Melon Planting in Nigeria

Updated April 17, 2017

Melon crops are one of the primary cash crops in Nigeria and provide a source of income to many Nigerians. Melon planting occurs mostly in the northern portion of the country because the amount of rainfall aids melon growth. For Nigerians, melons are important sources of vitamins such as A and C and the seeds are high in protein.

Melon Types

The most common type of melon planted in Nigeria is the watermelon, which is also referred to as Egusi or Bara melon. Nigerians plant different varieties of watermelon, including Sugar Baby and Chaliston Grey varieties, among others, most of which are sweet with red flesh and green or yellow rinds.

Land Prep

When planting melons in Nigeria, one of the primary factors considered is the land, both the plot location and soil quality. The land chosen for planting needs to be flat and receive plenty of sunlight. Soil should be loamy, fertile and drain well. Melons can be planted in both savannah and forested areas as long as the land is prepared appropriately, meaning trees are chopped or burnt and fields are cleared.


Melon planting occurs in Nigeria about two times per year. The first melon crops are planted after the first rain of the year, which occurs in February or March. These melons are generally ready to sell by May or June. The second melon crop is planted around September and goes to the market by December. Melons are planted with enough space for the vine to grow fully, with two seeds per ground hole.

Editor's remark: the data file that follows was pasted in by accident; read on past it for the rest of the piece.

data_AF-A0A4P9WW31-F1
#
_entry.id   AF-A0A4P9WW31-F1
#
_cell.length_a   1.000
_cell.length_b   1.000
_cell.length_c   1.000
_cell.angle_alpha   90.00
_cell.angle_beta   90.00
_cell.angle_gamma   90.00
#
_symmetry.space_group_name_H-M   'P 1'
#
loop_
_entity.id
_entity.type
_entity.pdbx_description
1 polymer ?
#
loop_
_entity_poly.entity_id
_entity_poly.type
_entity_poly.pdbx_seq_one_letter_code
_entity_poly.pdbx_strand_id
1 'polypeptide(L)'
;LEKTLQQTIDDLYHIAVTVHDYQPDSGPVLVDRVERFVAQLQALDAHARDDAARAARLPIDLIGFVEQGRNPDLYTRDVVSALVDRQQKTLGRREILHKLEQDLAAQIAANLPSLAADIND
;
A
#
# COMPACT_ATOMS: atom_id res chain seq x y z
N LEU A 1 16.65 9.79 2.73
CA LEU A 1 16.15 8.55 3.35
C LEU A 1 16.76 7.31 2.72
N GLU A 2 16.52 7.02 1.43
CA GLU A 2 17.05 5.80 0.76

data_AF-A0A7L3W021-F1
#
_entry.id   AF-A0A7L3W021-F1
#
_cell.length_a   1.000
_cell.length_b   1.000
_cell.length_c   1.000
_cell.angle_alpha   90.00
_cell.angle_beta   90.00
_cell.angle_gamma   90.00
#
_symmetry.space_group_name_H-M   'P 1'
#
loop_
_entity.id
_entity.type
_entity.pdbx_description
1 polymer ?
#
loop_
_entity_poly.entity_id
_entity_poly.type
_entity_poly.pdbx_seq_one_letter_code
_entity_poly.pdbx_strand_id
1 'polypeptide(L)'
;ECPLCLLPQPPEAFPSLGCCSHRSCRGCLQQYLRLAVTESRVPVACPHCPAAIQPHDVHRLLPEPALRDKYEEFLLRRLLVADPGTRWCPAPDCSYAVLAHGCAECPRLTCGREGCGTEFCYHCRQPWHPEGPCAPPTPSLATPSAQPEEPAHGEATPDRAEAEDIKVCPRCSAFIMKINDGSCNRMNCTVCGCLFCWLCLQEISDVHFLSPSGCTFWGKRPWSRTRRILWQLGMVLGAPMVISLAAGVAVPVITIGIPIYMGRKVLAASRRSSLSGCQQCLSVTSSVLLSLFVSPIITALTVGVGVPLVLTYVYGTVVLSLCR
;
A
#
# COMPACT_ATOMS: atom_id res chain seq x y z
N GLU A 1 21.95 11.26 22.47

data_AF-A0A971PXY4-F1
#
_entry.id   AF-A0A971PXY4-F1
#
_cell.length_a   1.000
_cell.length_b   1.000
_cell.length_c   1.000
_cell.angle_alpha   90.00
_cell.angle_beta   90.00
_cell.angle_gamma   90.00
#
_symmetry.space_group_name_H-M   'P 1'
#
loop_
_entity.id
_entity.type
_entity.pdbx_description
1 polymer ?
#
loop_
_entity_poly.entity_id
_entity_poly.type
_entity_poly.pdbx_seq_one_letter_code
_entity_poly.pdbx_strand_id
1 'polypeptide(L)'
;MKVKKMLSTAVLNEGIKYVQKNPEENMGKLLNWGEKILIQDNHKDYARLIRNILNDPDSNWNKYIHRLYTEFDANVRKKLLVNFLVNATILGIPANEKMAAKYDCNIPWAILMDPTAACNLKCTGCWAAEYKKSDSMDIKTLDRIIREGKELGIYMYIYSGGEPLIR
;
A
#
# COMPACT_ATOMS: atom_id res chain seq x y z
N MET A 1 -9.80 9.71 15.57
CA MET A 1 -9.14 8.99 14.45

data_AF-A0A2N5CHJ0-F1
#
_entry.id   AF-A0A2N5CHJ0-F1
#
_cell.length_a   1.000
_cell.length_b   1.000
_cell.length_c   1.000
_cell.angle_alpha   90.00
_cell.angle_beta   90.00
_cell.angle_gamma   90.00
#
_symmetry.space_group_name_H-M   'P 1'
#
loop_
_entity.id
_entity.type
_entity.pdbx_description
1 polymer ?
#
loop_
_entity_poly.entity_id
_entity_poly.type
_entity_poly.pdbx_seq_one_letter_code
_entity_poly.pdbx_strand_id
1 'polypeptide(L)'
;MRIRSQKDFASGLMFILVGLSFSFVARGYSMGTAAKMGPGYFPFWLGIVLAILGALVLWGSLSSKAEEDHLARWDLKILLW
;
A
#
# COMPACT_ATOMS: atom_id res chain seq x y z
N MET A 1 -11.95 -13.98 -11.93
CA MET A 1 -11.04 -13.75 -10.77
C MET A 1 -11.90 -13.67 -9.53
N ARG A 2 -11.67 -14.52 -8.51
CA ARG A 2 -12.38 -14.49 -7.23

Weeding and Disease

Nigerian melon crops, like many other crops, are weeded and protected from disease with pesticides. Nigerians weed melon plants a few weeks after planting as well as after harvesting to keep the soil healthy for future crops. Occasionally herbicides are also used. Melons are protected from pests and other disease with a combination of pesticides depending on the insect. Common pests are termites and grasshoppers.

Harvesting and Storage

Nigerians harvest their melon crops 75 to 95 days after planting once the fruit has reached maturity. A melon is ripe to pick when the tendrils nearest the fruit become brown and dry and a muffled sound is made when the melon is thumped. Melons are cut from the vine with a long stem and are usually shipped to markets immediately after harvest. Storing watermelons for up to a week at room temperature can improve their taste and colour; however, they should never be stored with ethylene-emitting fruits, such as ripe bananas and pears, because they are ethylene-sensitive and easily over-ripen.

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About the Author

Erik Nielsen started writing professionally in 2010. He writes primarily for eHow, specializing in philosophy, theory and food topics. Nielsen earned his Bachelor of Arts in philosophy from the University of California, Berkeley, and also holds an Associates of Arts in philosophy from Santa Barbara City College.